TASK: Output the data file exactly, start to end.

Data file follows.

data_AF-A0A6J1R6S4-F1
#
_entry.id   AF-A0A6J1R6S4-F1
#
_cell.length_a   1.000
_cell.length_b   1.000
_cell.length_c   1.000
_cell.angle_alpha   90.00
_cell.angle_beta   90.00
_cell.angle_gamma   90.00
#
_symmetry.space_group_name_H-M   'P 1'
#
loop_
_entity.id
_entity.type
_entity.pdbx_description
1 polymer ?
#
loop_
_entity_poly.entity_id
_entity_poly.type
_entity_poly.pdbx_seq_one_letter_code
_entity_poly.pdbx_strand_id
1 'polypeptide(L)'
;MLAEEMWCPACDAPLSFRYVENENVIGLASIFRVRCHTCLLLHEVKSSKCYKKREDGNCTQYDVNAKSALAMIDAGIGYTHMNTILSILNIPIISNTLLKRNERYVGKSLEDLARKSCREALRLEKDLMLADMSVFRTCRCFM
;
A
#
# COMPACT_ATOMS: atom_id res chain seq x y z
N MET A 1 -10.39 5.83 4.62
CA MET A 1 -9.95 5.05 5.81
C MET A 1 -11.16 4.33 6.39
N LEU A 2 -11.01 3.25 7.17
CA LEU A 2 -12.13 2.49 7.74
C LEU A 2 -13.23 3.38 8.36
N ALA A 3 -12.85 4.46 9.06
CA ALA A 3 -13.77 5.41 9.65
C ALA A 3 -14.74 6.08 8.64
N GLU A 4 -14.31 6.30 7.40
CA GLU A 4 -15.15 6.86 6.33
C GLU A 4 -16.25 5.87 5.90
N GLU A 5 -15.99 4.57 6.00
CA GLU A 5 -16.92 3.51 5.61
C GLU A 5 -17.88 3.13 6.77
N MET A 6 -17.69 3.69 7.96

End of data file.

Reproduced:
data_AF-A0A6J1R6S4-F1
#
_entry.id   AF-A0A6J1R6S4-F1
#
_cell.length_a   1.000
_cell.length_b   1.000
_cell.length_c   1.000
_cell.angle_alpha   90.00
_cell.angle_beta   90.00
_cell.angle_gamma   90.00
#
_symmetry.space_group_name_H-M   'P 1'
#
loop_
_entity.id
_entity.type
_entity.pdbx_description
1 polymer ?
#
loop_
_entity_poly.entity_id
_entity_poly.type
_entity_poly.pdbx_seq_one_letter_code
_entity_poly.pdbx_strand_id
1 'polypeptide(L)'
;MLAEEMWCPACDAPLSFRYVENENVIGLASIFRVRCHTCLLLHEVKSSKCYKKREDGNCTQYDVNAKSALAMIDAGIGYTHMNTILSILNIPIISNTLLKRNERYVGKSLEDLARKSCREALRLEKDLMLADMSVFRTCRCFM
;
A
#
# COMPACT_ATOMS: atom_id res chain seq x y z
N MET A 1 -10.39 5.83 4.62
CA MET A 1 -9.95 5.05 5.81
C MET A 1 -11.16 4.33 6.39
N LEU A 2 -11.01 3.25 7.17
CA LEU A 2 -12.13 2.49 7.74
C LEU A 2 -13.23 3.38 8.36
N ALA A 3 -12.85 4.46 9.06
CA ALA A 3 -13.77 5.41 9.65
C ALA A 3 -14.74 6.08 8.64
N GLU A 4 -14.31 6.30 7.40
CA GLU A 4 -15.15 6.86 6.33
C GLU A 4 -16.25 5.87 5.90
N GLU A 5 -15.99 4.57 6.00
CA GLU A 5 -16.92 3.51 5.61
C GLU A 5 -17.88 3.13 6.77
N MET A 6 -17.69 3.69 7.96